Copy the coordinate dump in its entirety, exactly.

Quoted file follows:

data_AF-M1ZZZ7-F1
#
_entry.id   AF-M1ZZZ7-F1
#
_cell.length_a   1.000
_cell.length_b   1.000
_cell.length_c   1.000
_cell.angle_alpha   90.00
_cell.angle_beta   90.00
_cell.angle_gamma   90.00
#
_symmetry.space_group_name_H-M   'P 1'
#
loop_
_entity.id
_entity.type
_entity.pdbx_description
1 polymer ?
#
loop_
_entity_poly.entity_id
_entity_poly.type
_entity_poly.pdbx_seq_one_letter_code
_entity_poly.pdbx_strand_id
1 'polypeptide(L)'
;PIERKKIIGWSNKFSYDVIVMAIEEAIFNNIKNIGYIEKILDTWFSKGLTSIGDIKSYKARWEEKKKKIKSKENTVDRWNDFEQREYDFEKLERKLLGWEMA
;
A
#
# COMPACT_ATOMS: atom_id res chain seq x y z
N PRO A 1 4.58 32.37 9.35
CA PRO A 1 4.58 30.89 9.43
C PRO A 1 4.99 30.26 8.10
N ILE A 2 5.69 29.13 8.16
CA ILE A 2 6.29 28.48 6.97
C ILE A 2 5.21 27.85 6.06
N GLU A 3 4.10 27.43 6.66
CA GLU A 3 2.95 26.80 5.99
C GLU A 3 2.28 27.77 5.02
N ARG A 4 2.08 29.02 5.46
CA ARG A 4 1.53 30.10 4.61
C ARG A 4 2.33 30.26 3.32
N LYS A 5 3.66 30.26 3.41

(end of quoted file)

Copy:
data_AF-M1ZZZ7-F1
#
_entry.id   AF-M1ZZZ7-F1
#
_cell.length_a   1.000
_cell.length_b   1.000
_cell.length_c   1.000
_cell.angle_alpha   90.00
_cell.angle_beta   90.00
_cell.angle_gamma   90.00
#
_symmetry.space_group_name_H-M   'P 1'
#
loop_
_entity.id
_entity.type
_entity.pdbx_description
1 polymer ?
#
loop_
_entity_poly.entity_id
_entity_poly.type
_entity_poly.pdbx_seq_one_letter_code
_entity_poly.pdbx_strand_id
1 'polypeptide(L)'
;PIERKKIIGWSNKFSYDVIVMAIEEAIFNNIKNIGYIEKILDTWFSKGLTSIGDIKSYKARWEEKKKKIKSKENTVDRWNDFEQREYDFEKLERKLLGWEMA
;
A
#
# COMPACT_ATOMS: atom_id res chain seq x y z
N PRO A 1 4.58 32.37 9.35
CA PRO A 1 4.58 30.89 9.43
C PRO A 1 4.99 30.26 8.10
N ILE A 2 5.69 29.13 8.16
CA ILE A 2 6.29 28.48 6.97
C ILE A 2 5.21 27.85 6.06
N GLU A 3 4.10 27.43 6.66
CA GLU A 3 2.95 26.80 5.99
C GLU A 3 2.28 27.77 5.02
N ARG A 4 2.08 29.02 5.46
CA ARG A 4 1.53 30.10 4.61
C ARG A 4 2.33 30.26 3.32
N LYS A 5 3.66 30.26 3.41